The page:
A trade war resulting from President Donald Trump
tariffs on imports of aluminum and steel (or any other major trade action for
that matter) would turn out bad for all countries involved and especially for
international shipping, according to BIMCO, the largest of the international
shipping associations representing shipowners.
the proposed tariffs on aluminum and steel themselves are seen as having a
limited impact on most international bulk trades, BIMCO warns the tariffs could
trigger something bigger, like an all-out trade war, that would negatively
impact global shipping in a much wider way, including container shipping
trade provides prosperity and peace. It’s a fundamental principle to cherish
and safeguard. All trade-restrictive measures are in principle bad for
shipping,” commented BIMCO’s Chief Shipping Analyst Peter Sand in a blog post published
by BIMCO on Thursday.
economies are all better off from trading, as they make use of their resources
in the most optimal way. The result of a trade war is more expensive goods of
lower quality and little variety. This goes for all products and commodities,”
Mr. Sand added.
United States is currently running large trade deficits with the European Union
as well as China, in addition to significant deficits with Mexico, Japan and
warns that while steel and aluminum tariffs may just be the “dish of the day”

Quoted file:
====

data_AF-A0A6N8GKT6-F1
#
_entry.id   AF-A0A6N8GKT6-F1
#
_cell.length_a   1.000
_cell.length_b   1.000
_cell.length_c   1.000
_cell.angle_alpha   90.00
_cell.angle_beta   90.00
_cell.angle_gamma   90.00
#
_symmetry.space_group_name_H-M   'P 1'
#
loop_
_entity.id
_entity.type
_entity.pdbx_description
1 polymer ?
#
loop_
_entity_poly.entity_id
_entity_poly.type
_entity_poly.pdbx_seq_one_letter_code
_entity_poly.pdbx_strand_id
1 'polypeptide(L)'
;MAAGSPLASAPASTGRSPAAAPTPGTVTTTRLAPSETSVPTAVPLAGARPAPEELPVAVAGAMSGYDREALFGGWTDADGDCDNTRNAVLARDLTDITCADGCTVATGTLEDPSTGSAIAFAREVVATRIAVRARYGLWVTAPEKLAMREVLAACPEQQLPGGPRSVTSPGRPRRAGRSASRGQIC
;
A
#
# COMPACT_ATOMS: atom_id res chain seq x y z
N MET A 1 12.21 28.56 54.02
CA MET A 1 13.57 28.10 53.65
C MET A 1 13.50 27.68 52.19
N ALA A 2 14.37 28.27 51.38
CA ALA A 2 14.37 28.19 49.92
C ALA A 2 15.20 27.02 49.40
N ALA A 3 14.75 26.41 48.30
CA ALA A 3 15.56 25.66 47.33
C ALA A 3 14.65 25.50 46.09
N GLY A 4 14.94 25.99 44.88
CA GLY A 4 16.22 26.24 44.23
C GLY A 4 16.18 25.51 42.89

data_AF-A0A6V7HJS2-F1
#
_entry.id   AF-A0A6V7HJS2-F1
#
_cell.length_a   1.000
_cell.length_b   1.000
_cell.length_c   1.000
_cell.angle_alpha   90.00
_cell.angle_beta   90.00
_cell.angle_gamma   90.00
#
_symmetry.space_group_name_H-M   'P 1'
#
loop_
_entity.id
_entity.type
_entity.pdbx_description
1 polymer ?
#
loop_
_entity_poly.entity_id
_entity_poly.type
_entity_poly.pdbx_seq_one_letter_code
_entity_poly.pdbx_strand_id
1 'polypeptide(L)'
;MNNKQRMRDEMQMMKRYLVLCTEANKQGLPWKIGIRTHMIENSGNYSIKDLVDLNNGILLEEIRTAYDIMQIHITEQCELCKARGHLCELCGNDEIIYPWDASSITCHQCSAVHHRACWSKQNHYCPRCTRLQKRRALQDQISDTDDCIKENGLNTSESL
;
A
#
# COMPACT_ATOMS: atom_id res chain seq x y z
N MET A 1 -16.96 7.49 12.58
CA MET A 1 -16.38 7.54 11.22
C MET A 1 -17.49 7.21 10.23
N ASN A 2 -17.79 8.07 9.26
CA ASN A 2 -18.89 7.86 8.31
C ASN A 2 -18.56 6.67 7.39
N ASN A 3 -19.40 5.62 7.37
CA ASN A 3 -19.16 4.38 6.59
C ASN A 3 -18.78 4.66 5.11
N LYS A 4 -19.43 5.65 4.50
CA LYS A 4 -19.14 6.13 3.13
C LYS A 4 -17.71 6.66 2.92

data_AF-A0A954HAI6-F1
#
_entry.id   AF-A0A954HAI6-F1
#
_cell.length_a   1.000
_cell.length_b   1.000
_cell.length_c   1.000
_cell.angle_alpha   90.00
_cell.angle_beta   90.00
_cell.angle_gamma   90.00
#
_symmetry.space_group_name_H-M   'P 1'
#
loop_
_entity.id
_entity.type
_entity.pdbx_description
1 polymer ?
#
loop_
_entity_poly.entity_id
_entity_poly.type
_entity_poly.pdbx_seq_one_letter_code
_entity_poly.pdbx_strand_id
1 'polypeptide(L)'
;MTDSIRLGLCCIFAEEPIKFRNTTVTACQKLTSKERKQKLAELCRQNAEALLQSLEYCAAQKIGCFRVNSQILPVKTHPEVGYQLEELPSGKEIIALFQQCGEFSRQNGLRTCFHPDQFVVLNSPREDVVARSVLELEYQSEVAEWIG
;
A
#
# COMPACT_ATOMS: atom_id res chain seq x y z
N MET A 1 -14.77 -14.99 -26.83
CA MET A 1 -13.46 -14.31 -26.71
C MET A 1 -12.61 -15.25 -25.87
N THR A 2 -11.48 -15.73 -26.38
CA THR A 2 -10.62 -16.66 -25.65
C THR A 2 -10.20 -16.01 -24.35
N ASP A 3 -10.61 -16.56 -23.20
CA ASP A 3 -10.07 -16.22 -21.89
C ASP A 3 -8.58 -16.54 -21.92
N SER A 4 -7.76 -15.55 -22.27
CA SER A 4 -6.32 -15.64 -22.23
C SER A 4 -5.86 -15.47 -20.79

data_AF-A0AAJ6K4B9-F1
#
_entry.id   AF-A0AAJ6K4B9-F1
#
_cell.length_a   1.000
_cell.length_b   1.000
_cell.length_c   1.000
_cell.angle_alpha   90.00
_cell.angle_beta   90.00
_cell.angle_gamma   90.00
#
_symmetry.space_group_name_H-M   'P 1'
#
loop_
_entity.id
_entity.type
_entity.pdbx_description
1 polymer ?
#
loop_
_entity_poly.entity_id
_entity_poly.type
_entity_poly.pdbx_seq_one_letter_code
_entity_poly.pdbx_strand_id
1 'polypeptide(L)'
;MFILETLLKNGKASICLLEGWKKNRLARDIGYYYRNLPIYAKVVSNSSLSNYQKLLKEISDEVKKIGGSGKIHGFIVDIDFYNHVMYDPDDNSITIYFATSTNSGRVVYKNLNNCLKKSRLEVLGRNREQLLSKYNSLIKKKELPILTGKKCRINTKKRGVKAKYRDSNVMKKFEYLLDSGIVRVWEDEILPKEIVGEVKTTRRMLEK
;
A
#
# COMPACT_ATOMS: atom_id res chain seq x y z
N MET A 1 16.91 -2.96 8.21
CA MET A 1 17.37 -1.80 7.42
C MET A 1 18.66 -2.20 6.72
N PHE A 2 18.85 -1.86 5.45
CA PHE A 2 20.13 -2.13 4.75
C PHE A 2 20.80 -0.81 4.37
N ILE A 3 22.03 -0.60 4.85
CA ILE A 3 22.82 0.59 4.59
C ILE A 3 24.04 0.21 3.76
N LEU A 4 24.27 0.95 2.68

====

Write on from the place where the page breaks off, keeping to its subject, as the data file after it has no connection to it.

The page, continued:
for the Trump Administration, any major trade action by the United States
against China (or other major trading partners) could spark retaliation that
would be damaging for all countries involved.
international atmosphere is full of threats of retaliation and it appears
likely that major trading partners with the US like the EU and China will hit
back to draw a line in the sand for the US Administration and President Trump,”
BIMCO said in the post.
we are seeing more trade-restrictive measures introduced. Some more high
profile than others. This is a worrying trend that limits demand for shipping
globally,” said Sand.
worse for shipping could be short-sighted political positions that may have
lasting consequences for everyone involved in global industries like shipping
if a largescale trade war emerges,” Sand concluded.